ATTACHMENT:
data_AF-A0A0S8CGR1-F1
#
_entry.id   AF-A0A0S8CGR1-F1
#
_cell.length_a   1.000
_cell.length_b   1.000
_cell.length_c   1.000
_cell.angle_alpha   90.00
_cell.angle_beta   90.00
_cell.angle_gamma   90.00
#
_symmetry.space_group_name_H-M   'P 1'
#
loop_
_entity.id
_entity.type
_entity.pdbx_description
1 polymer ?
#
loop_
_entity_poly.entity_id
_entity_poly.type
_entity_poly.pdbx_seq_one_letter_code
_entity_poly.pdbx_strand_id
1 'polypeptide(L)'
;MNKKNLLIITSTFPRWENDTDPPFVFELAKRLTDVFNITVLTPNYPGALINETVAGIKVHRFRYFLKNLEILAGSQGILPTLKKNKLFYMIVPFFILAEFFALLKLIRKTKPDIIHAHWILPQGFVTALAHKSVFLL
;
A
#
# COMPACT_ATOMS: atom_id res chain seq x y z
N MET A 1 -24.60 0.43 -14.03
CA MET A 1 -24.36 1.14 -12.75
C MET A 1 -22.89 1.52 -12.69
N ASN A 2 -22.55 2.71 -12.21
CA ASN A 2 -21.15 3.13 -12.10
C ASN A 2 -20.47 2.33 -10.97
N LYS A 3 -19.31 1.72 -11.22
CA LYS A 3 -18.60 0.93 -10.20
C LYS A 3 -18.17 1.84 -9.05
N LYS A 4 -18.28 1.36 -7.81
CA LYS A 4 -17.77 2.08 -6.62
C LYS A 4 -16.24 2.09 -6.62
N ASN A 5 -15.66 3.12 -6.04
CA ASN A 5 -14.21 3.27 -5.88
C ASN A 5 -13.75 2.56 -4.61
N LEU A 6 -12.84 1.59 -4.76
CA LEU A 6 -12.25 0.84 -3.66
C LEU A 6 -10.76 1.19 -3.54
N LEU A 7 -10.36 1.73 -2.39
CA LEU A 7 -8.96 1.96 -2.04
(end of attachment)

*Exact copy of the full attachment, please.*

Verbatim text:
data_AF-A0A0S8CGR1-F1
#
_entry.id   AF-A0A0S8CGR1-F1
#
_cell.length_a   1.000
_cell.length_b   1.000
_cell.length_c   1.000
_cell.angle_alpha   90.00
_cell.angle_beta   90.00
_cell.angle_gamma   90.00
#
_symmetry.space_group_name_H-M   'P 1'
#
loop_
_entity.id
_entity.type
_entity.pdbx_description
1 polymer ?
#
loop_
_entity_poly.entity_id
_entity_poly.type
_entity_poly.pdbx_seq_one_letter_code
_entity_poly.pdbx_strand_id
1 'polypeptide(L)'
;MNKKNLLIITSTFPRWENDTDPPFVFELAKRLTDVFNITVLTPNYPGALINETVAGIKVHRFRYFLKNLEILAGSQGILPTLKKNKLFYMIVPFFILAEFFALLKLIRKTKPDIIHAHWILPQGFVTALAHKSVFLL
;
A
#
# COMPACT_ATOMS: atom_id res chain seq x y z
N MET A 1 -24.60 0.43 -14.03
CA MET A 1 -24.36 1.14 -12.75
C MET A 1 -22.89 1.52 -12.69
N ASN A 2 -22.55 2.71 -12.21
CA ASN A 2 -21.15 3.13 -12.10
C ASN A 2 -20.47 2.33 -10.97
N LYS A 3 -19.31 1.72 -11.22
CA LYS A 3 -18.60 0.93 -10.20
C LYS A 3 -18.17 1.84 -9.05
N LYS A 4 -18.28 1.36 -7.81
CA LYS A 4 -17.77 2.08 -6.62
C LYS A 4 -16.24 2.09 -6.62
N ASN A 5 -15.66 3.12 -6.04
CA ASN A 5 -14.21 3.27 -5.88
C ASN A 5 -13.75 2.56 -4.61
N LEU A 6 -12.84 1.59 -4.76
CA LEU A 6 -12.25 0.84 -3.66
C LEU A 6 -10.76 1.19 -3.54
N LEU A 7 -10.36 1.73 -2.39
CA LEU A 7 -8.96 1.96 -2.04